• 0.62,1.00
  • 0.62,1.00
  • 0.24,1.25
  • 0.31,1.00
  • 0.08,1.00

Good Transitions served noncustodial parents with low income by providing subsidized employment combined with case management and training to help them connect to stable employment.

Good Transitions served noncustodial parents with low income by providing subsidized employment combined with case management and training to help them connect to stable employment.

After two days of initial skills assessment, Good Transitions participants were placed in a subsidized job at Goodwill Industries stores. An on-site job coach provided feedback and support while program staff provided case management and job development services. After one month at the Goodwill position, Good Transitions placed participants in a new position, with less on-site support and coaching than the Goodwill position, for about three months. During this time, Good Transitions continued to provide case management and job development services and also provided life-skills workshops, occupation-specific training, and a weekly job club to help participants find unsubsidized work. After three months at the second subsidized position, participants would either enter an unsubsidized job or continue to receive education, training, and job development services until they found an unsubsidized job. The program was designed to move participants into unsubsidized employment within four months. Participants were noncustodial parents with low income who had child support orders, had passed a drug test, and were registered with Selective Service (applicable to males only).

Good Transitions was implemented in Atlanta, GA. The evaluation of Good Transitions was part of the Enhanced Transitional Jobs Demonstration (ETJD) evaluation, which also tested similar subsidized employment programs implemented in Milwaukee, WI (Supporting Families Through Work); San Francisco, CA (TransitionsSF); Syracuse, NY (Parent Success Initiative); Fort Worth, TX (Next STEP); Indianapolis, IN (RecycleForce); and New York, NY (Ready, Willing and Able Pathways2Work). 

Year evaluation began: 2012
Populations and employment barriers: Parents
Intervention services: Case management, Training, Occupational or sectoral training, Soft skills training, Subsidized employment, Employment coaching, Job development/job placement
Setting(s): Urban only

Effectiveness rating and effect by outcome domain

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Outcome domain Term Effectiveness rating Effect in 2018 dollars and percentages Effect in standard deviations Sample size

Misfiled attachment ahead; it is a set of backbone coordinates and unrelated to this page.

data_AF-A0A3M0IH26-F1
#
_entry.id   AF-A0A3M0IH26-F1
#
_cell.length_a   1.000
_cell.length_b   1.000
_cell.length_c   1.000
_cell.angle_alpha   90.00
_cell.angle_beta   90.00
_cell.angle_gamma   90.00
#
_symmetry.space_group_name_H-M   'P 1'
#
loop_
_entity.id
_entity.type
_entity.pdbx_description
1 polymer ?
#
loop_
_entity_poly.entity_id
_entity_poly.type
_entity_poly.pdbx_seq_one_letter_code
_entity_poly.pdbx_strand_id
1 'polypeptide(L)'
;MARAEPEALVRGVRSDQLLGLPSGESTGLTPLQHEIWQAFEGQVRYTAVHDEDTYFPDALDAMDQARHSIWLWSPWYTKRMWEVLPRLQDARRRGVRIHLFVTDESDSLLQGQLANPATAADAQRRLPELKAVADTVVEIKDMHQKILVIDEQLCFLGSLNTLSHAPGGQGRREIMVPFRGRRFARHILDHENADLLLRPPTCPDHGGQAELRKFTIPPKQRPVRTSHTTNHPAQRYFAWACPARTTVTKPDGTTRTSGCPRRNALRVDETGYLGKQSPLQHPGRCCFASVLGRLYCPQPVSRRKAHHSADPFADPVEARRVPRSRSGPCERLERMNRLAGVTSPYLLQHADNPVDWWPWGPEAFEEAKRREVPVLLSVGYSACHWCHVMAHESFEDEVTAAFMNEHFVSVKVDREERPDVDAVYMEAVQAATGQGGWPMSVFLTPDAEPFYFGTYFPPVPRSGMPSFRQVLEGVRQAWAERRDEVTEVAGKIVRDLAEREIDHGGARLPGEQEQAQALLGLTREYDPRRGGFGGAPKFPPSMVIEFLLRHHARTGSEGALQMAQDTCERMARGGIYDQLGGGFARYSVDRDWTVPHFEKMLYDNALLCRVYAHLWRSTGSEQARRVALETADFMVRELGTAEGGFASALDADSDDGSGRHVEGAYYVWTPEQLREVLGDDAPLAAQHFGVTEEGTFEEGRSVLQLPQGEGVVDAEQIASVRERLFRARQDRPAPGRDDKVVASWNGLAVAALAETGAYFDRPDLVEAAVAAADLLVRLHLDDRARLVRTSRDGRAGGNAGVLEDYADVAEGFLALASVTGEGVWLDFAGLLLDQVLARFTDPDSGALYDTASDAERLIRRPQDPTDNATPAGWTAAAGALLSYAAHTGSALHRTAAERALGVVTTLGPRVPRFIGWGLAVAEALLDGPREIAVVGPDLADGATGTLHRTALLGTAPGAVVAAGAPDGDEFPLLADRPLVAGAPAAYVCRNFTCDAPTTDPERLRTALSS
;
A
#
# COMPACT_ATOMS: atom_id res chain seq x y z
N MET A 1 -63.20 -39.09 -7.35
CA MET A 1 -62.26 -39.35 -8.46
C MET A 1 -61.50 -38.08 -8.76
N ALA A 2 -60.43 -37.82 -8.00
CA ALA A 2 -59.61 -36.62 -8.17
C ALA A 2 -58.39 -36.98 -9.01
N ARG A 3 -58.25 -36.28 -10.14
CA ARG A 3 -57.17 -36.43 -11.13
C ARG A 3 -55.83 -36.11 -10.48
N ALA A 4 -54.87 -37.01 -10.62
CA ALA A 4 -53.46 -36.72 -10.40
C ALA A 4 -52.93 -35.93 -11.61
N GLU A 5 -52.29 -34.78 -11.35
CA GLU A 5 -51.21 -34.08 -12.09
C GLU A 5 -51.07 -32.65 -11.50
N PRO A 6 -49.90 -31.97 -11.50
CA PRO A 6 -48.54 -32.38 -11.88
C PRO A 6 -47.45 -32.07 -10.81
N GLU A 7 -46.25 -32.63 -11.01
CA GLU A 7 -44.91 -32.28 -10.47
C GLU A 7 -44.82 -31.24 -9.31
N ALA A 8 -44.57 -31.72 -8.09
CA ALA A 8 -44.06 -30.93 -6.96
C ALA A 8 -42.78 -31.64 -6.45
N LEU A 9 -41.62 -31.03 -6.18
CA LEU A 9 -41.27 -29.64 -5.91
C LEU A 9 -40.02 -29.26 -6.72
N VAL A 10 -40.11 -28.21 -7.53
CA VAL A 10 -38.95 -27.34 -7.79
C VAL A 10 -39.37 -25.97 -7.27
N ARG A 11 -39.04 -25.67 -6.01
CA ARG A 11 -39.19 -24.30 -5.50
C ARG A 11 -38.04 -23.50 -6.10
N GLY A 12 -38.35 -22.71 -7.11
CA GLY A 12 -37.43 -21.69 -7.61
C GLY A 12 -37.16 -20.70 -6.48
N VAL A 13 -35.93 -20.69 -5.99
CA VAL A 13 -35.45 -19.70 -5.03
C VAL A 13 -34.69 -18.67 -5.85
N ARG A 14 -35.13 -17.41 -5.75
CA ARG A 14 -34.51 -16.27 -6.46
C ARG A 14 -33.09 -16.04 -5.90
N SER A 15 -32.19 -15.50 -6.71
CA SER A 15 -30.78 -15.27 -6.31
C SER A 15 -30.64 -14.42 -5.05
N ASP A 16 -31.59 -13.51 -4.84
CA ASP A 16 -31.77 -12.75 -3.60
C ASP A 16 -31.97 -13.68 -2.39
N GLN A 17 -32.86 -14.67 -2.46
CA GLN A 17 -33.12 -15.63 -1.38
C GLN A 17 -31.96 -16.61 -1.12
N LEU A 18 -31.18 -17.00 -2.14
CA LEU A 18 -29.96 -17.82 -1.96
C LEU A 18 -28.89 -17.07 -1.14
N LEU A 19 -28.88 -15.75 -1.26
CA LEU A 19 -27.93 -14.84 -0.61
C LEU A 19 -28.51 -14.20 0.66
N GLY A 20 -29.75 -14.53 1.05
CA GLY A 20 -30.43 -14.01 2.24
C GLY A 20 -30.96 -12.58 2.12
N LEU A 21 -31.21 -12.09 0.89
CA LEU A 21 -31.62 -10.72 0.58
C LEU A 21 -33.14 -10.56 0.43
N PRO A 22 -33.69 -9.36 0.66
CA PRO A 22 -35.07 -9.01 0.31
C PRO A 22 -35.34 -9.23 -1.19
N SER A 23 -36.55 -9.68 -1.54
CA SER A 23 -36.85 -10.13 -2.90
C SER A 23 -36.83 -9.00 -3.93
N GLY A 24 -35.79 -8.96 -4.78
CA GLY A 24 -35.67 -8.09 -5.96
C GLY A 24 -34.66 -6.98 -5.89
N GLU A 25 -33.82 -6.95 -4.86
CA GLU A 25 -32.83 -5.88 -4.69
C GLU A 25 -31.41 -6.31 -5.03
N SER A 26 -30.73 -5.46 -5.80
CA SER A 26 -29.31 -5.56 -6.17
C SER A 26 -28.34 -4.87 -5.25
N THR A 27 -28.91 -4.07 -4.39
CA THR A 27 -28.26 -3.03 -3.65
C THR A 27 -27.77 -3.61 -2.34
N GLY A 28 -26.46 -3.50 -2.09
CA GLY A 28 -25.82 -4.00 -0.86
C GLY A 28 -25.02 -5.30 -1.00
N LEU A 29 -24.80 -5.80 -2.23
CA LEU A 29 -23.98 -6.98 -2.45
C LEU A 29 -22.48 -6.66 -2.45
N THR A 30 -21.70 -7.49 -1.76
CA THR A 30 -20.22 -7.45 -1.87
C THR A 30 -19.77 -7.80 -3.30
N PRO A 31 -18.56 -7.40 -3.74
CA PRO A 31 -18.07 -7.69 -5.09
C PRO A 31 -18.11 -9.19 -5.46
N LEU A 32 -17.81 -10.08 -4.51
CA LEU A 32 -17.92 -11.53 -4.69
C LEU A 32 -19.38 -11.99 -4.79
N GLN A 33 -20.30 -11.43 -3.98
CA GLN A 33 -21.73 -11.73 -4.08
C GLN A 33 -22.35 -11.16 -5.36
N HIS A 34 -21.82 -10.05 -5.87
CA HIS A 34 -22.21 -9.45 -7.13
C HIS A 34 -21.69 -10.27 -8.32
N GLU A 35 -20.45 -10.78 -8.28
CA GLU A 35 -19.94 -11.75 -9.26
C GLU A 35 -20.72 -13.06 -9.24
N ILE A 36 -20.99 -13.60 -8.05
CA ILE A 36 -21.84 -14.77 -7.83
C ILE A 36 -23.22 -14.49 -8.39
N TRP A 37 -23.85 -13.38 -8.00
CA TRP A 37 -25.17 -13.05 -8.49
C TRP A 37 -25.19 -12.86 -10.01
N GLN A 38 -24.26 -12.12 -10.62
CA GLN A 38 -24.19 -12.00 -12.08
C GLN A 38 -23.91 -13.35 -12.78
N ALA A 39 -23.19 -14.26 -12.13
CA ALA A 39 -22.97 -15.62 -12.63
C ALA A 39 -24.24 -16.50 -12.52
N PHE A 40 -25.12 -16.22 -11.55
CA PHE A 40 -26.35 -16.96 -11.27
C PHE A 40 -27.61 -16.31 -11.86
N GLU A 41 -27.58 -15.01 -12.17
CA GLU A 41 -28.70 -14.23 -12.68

Increase earnings Short-term Supported favorable $1,632 per year 0.078 996
Long-term Little evidence to assess support favorable $962 per year 0.046 996
Very long-term No evidence to assess support
Increase employment Short-term Supported favorable 20% (in percentage points) 0.494 996
Long-term Little evidence to assess support favorable 4% (in percentage points) 0.097 996
Very long-term No evidence to assess support
Decrease benefit receipt Short-term No evidence to assess support
Long-term Little evidence to assess support favorable $-347 per year -0.126 802
Very long-term No evidence to assess support
Increase education and training All measurement periods Supported favorable 15% (in percentage points) 0.307 812

Participant race and ethnicity
Black or African American
91%
White, not Hispanic
4%
Hispanic or Latino of any race
3%
Another race
2%

Implementation details

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Dates covered by study

The Good Transitions transitional job intervention is currently active. Referrals and enrollment for the study began in March 2012 and continued until December 2013. Study participants worked in subsidized jobs in the Good Transitions intervention through April 2014. Participant impacts were measured 12 and 30 months after random assignment.

Organizations implementing intervention

Goodwill of North Georgia, an affiliate of Goodwill Industries International, and the Georgia Division of Child Support Services’ Fatherhood Program implemented the Good Transitions intervention together. Goodwill of North Georgia provides employment and training services to local residents with barriers to employment. The Fatherhood Program, operated by the Georgia Division of Child Support Services, provides employment and training services to noncustodial parents who have child support orders.

Populations served

During the study period, Good Transitions served low-income, noncustodial parents who (1) had child support orders or who would be establishing orders within 30 days of intervention enrollment, (2) passed a drug test, and (3) registered with Selective Service or obtained a waiver. Most participants were referred by the Fatherhood Program, and the rest were recruited by Goodwill from community programs that served noncustodial parents. Participation was voluntary.

The population examined was 94 percent male and 91 percent Black. Sixty-nine percent of the population held high school diplomas or the equivalent. Eighty-nine percent of the population studied had children who were minors. At random assignment, ninety-one percent of all parents had a current child support order, and 10 percent had an order for child support debt.
Pre-enrollment intake and screening was an intensive three-day process that included in-person attendance, written assignments, worksheets, team-building exercises, and role-playing exercises. The intensity of the process suggests that those who completed the process and enrolled were particularly motivated.